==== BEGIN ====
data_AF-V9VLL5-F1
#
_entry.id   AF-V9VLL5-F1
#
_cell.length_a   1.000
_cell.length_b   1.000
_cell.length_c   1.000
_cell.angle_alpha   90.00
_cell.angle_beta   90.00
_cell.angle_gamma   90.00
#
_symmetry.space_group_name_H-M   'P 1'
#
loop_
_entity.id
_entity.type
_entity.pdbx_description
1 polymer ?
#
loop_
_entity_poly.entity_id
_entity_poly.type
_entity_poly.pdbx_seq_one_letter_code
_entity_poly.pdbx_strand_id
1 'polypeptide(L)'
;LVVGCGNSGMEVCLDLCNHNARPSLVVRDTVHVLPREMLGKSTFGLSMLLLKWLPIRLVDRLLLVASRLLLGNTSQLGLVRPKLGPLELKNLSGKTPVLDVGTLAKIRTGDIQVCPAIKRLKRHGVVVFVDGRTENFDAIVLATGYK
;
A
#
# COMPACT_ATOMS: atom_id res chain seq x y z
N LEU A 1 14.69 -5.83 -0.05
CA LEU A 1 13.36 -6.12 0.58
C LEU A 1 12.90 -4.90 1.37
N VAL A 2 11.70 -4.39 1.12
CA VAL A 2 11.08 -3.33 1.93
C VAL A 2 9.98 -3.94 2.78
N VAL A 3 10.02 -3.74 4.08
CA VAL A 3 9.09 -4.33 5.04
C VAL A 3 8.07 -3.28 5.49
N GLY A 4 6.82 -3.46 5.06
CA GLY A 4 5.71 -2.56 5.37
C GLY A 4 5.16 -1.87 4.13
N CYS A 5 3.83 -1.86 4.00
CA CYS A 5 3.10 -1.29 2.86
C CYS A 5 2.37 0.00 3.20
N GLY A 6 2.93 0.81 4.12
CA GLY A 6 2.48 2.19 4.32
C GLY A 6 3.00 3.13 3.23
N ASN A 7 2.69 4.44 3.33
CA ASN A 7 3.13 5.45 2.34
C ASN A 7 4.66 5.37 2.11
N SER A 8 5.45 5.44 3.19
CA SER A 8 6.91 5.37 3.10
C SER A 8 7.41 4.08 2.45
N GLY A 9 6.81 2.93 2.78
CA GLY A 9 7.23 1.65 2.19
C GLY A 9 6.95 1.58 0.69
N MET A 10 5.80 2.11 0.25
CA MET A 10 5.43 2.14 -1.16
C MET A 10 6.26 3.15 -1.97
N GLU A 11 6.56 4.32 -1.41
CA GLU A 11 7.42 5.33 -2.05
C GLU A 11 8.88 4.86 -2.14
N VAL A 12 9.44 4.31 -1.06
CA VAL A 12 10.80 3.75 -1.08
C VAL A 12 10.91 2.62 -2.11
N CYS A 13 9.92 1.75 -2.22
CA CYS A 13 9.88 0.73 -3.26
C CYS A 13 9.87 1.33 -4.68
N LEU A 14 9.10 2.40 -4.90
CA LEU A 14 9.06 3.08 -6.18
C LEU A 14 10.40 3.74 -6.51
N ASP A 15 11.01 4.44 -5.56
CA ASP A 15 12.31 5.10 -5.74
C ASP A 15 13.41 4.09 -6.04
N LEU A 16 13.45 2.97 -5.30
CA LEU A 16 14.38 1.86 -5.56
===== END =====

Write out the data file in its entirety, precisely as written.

data_AF-V9VLL5-F1
#
_entry.id   AF-V9VLL5-F1
#
_cell.length_a   1.000
_cell.length_b   1.000
_cell.length_c   1.000
_cell.angle_alpha   90.00
_cell.angle_beta   90.00
_cell.angle_gamma   90.00
#
_symmetry.space_group_name_H-M   'P 1'
#
loop_
_entity.id
_entity.type
_entity.pdbx_description
1 polymer ?
#
loop_
_entity_poly.entity_id
_entity_poly.type
_entity_poly.pdbx_seq_one_letter_code
_entity_poly.pdbx_strand_id
1 'polypeptide(L)'
;LVVGCGNSGMEVCLDLCNHNARPSLVVRDTVHVLPREMLGKSTFGLSMLLLKWLPIRLVDRLLLVASRLLLGNTSQLGLVRPKLGPLELKNLSGKTPVLDVGTLAKIRTGDIQVCPAIKRLKRHGVVVFVDGRTENFDAIVLATGYK
;
A
#
# COMPACT_ATOMS: atom_id res chain seq x y z
N LEU A 1 14.69 -5.83 -0.05
CA LEU A 1 13.36 -6.12 0.58
C LEU A 1 12.90 -4.90 1.37
N VAL A 2 11.70 -4.39 1.12
CA VAL A 2 11.08 -3.33 1.93
C VAL A 2 9.98 -3.94 2.78
N VAL A 3 10.02 -3.74 4.08
CA VAL A 3 9.09 -4.33 5.04
C VAL A 3 8.07 -3.28 5.49
N GLY A 4 6.82 -3.46 5.06
CA GLY A 4 5.71 -2.56 5.37
C GLY A 4 5.16 -1.87 4.13
N CYS A 5 3.83 -1.86 4.00
CA CYS A 5 3.10 -1.29 2.86
C CYS A 5 2.37 0.00 3.20
N GLY A 6 2.93 0.81 4.12
CA GLY A 6 2.48 2.19 4.32
C GLY A 6 3.00 3.13 3.23
N ASN A 7 2.69 4.44 3.33
CA ASN A 7 3.13 5.45 2.34
C ASN A 7 4.66 5.37 2.11
N SER A 8 5.45 5.44 3.19
CA SER A 8 6.91 5.37 3.10
C SER A 8 7.41 4.08 2.45
N GLY A 9 6.81 2.93 2.78
CA GLY A 9 7.23 1.65 2.19
C GLY A 9 6.95 1.58 0.69
N MET A 10 5.80 2.11 0.25
CA MET A 10 5.43 2.14 -1.16
C MET A 10 6.26 3.15 -1.97
N GLU A 11 6.56 4.32 -1.41
CA GLU A 11 7.42 5.33 -2.05
C GLU A 11 8.88 4.86 -2.14
N VAL A 12 9.44 4.31 -1.06
CA VAL A 12 10.80 3.75 -1.08
C VAL A 12 10.91 2.62 -2.11
N CYS A 13 9.92 1.75 -2.22
CA CYS A 13 9.88 0.73 -3.26
C CYS A 13 9.87 1.33 -4.68
N LEU A 14 9.10 2.40 -4.90
CA LEU A 14 9.06 3.08 -6.18
C LEU A 14 10.40 3.74 -6.51
N ASP A 15 11.01 4.44 -5.56
CA ASP A 15 12.31 5.10 -5.74
C ASP A 15 13.41 4.09 -6.04
N LEU A 16 13.45 2.97 -5.30
CA LEU A 16 14.38 1.86 -5.56